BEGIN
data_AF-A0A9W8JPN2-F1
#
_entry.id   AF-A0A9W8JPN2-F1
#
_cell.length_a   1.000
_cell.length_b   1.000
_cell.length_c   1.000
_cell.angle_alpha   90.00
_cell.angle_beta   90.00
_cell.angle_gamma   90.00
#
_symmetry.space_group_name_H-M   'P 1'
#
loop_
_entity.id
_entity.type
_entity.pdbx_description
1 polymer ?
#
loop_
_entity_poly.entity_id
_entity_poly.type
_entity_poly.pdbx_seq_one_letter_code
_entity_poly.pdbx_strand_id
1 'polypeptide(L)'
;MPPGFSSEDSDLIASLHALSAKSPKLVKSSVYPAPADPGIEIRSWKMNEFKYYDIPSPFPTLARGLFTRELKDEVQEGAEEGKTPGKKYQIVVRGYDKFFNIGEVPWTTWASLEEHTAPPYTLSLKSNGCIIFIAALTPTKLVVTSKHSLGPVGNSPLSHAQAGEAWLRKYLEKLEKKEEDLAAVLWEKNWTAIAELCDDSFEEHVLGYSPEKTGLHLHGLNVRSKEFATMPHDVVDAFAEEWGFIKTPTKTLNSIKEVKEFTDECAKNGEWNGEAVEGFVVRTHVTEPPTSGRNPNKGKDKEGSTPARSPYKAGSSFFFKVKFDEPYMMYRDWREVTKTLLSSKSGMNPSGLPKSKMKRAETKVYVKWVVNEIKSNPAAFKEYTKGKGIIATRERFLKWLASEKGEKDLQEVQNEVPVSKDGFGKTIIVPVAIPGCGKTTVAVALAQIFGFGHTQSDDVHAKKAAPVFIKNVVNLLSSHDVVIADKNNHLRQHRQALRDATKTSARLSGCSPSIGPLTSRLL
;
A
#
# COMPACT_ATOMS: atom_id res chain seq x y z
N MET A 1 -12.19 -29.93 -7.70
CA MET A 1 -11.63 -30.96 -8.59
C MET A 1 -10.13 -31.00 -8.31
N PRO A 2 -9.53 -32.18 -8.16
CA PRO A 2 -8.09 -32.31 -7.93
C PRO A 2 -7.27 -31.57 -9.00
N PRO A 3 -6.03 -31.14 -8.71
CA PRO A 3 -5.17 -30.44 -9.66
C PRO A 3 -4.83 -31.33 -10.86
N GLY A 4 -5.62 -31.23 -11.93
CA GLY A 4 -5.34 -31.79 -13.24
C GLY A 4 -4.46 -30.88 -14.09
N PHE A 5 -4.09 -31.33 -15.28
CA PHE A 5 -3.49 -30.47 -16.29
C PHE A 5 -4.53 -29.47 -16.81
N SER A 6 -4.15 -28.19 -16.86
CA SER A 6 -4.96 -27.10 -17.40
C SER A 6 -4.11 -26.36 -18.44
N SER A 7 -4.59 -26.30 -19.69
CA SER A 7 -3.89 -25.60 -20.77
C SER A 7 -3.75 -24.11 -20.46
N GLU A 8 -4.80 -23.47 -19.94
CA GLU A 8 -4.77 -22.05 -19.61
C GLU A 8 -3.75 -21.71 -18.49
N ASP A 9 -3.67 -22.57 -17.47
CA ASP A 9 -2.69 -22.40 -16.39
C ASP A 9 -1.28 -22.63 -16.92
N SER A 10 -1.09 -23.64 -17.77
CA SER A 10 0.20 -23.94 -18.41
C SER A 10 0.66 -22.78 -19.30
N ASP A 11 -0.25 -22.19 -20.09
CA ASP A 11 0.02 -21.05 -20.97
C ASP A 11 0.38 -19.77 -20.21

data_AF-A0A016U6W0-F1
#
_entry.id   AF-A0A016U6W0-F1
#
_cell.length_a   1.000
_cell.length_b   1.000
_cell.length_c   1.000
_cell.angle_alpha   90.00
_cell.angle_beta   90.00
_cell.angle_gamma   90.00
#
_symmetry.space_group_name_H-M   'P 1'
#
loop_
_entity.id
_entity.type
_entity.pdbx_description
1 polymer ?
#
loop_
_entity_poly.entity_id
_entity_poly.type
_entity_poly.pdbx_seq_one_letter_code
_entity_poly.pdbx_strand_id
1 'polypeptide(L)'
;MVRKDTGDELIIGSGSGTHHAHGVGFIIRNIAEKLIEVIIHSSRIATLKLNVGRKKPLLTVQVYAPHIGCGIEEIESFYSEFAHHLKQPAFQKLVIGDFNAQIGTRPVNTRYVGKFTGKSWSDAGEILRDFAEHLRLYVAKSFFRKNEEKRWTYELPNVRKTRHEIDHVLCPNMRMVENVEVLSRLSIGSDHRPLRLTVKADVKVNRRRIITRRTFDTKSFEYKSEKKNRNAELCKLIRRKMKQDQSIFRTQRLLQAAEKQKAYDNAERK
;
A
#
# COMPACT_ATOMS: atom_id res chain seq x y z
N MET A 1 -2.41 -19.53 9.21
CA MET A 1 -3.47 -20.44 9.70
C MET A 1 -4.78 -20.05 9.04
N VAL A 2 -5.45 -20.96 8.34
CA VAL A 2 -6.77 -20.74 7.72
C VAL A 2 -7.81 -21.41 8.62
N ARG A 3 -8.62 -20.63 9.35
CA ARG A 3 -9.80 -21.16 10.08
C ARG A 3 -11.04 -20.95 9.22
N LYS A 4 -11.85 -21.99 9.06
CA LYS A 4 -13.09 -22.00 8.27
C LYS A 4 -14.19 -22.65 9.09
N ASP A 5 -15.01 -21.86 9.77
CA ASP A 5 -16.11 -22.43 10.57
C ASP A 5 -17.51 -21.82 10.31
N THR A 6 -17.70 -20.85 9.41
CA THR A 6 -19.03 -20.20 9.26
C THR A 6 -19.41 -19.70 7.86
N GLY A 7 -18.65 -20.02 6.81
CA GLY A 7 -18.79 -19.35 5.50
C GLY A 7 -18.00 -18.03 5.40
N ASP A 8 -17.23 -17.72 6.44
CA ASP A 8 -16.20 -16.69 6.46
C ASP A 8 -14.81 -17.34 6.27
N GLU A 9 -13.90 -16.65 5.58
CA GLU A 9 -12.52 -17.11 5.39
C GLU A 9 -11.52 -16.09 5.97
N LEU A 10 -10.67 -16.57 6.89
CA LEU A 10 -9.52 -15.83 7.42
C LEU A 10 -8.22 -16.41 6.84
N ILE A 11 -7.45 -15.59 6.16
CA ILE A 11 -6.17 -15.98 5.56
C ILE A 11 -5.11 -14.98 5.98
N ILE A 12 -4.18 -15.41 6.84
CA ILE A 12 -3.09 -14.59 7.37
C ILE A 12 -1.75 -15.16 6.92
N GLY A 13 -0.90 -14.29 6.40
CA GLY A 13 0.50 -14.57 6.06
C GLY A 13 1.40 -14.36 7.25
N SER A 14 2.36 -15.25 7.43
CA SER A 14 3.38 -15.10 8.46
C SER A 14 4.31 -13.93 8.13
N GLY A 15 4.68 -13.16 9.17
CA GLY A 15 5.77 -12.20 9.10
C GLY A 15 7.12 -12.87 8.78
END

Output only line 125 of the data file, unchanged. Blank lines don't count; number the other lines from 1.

CA ILE A 11 -6.17 -15.98 5.56